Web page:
These ‘on board diagnostics’, are coded, which means you require the technical expertise of a trained mechanic – who has access to technical data as well as sophisticated and expensive equipment to generate an accurate diagnosis of the car’s problem.
What else do the stats say?
|Saga report…||TMG says…|
|One in six (16%) men take their car to a garage after failing to make basic repairs themselves.||Rather than make a problem worse by taking a DIY approach, use a trusted independent garage that will get it right first time. It’s what they are there for!|
|DIY car repairs:
||Whatever the age of your car, using a professional is always the safest bet, even if you think you can do it yourself. Sometimes, the upfront cost savings in DIY repairs can end up costing you much more in larger repair work down the road, or in the loss of insurance coverage because you didn’t go to a professional.|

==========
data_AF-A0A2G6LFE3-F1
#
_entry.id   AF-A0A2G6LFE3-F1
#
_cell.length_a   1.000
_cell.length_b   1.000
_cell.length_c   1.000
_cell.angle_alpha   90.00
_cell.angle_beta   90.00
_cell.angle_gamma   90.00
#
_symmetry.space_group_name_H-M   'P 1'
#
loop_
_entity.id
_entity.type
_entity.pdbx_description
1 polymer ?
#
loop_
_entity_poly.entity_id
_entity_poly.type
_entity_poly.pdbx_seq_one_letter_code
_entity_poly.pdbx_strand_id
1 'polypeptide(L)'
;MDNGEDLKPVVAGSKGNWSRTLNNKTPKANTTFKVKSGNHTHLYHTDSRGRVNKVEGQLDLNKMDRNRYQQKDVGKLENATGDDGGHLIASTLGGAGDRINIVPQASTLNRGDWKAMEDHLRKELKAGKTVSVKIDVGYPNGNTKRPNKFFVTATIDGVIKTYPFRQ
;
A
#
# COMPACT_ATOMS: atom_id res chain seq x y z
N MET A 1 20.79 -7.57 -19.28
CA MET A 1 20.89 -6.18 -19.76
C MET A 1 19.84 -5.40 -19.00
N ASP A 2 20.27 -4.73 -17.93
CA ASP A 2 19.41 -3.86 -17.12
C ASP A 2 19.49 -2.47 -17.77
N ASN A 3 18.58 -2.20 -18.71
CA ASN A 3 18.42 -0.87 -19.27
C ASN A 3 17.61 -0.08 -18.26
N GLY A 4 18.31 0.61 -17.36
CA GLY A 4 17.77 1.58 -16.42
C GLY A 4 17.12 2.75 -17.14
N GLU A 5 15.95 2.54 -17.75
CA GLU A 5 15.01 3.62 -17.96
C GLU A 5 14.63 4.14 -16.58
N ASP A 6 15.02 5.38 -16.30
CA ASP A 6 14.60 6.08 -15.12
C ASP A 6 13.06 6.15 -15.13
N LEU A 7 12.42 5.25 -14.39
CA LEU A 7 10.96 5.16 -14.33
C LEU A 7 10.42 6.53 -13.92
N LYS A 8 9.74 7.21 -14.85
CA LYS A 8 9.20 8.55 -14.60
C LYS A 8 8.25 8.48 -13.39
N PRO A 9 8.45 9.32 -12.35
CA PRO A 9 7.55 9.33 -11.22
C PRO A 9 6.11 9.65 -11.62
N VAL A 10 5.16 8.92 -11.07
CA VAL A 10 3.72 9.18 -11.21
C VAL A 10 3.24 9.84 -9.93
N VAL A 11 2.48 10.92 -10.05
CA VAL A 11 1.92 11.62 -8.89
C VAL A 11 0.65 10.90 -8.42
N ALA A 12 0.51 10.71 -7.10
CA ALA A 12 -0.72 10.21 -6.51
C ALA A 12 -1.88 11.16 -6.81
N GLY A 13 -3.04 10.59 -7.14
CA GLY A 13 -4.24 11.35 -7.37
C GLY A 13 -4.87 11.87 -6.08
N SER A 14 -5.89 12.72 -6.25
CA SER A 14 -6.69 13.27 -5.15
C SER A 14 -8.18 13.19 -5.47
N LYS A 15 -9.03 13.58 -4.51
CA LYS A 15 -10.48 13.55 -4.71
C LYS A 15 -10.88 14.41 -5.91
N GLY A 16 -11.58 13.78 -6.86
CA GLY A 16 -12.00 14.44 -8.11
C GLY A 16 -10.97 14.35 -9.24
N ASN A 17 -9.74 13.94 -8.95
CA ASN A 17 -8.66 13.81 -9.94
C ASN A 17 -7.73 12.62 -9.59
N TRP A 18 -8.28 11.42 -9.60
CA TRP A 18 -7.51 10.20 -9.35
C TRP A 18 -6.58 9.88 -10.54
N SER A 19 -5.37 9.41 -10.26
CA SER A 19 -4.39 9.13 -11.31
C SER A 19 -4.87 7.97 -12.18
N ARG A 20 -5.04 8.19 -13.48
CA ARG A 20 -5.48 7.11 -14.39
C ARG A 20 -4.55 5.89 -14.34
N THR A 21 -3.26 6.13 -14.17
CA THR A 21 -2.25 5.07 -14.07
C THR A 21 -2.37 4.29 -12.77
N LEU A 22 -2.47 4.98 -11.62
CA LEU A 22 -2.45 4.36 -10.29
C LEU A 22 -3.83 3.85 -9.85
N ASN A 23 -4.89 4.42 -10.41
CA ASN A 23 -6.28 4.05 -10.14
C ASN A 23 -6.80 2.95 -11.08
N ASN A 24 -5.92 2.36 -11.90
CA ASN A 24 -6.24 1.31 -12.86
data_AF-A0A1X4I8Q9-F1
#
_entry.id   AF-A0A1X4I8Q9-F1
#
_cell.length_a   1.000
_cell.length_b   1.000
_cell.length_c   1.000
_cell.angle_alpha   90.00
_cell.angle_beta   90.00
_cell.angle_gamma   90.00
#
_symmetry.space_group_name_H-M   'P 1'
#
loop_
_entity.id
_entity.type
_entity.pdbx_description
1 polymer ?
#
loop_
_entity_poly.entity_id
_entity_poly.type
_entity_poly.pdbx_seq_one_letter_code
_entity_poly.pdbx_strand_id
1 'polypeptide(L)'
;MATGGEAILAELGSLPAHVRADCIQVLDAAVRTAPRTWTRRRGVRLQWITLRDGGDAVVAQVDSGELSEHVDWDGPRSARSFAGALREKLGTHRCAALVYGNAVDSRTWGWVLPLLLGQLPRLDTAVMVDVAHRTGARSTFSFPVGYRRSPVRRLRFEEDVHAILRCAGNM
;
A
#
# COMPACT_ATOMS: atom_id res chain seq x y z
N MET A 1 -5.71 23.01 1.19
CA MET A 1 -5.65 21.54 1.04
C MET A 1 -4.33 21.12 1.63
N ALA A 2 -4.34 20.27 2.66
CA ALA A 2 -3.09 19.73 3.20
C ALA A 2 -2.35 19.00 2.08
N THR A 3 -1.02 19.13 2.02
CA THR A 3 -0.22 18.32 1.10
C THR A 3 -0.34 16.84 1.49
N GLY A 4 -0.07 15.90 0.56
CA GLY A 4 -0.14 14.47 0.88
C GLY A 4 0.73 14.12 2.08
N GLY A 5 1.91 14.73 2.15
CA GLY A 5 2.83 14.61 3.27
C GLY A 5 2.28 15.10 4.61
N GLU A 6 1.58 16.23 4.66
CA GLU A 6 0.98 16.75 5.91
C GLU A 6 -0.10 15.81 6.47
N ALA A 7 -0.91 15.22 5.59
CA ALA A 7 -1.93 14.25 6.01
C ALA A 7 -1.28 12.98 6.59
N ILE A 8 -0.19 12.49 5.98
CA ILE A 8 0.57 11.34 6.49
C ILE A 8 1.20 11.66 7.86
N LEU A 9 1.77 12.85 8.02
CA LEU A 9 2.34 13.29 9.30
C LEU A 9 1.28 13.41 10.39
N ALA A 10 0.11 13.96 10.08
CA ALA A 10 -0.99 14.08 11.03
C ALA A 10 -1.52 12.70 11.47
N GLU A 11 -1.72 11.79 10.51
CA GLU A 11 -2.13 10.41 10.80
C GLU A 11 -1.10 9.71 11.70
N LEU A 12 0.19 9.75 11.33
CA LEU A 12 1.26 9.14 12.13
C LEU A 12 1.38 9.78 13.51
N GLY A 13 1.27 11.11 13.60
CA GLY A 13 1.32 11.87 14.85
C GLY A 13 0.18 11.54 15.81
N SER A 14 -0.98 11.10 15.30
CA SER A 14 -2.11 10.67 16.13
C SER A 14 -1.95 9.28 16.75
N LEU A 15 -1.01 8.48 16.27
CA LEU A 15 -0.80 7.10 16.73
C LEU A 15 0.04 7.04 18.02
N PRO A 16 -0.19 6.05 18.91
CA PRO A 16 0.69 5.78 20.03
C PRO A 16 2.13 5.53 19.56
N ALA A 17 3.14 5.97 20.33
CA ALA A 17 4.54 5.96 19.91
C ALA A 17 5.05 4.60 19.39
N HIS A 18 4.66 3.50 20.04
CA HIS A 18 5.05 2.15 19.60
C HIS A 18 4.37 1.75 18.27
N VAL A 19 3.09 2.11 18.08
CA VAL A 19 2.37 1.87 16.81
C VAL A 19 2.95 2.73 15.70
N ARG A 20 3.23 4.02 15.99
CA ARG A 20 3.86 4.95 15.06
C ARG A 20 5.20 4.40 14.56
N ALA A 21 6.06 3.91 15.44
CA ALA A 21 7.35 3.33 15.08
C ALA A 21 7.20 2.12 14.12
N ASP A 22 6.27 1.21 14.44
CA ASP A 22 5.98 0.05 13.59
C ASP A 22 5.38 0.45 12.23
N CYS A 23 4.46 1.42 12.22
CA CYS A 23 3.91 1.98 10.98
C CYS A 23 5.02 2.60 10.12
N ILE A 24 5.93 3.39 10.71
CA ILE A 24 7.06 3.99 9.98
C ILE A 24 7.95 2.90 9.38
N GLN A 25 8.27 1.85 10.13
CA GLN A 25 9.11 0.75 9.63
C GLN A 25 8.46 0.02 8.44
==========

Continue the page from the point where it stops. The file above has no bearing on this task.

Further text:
|Only 2% of women are likely to attempt making repairs to their car compared with 15% of men.||Women are making a wise move here. TMG members pride themselves on being ‘female’ friendly, as they try to stub out the old stigma attached to the industry. They explain all their costs in a transparent manner and offer a professional and personal service to everyone.|
A different report from Saga last month found that over a third of drivers over 50 are also trying to reduce their motoring spend. When it comes to taking your car for a service or repair, using an independent garage is the most cost efficient way to do it.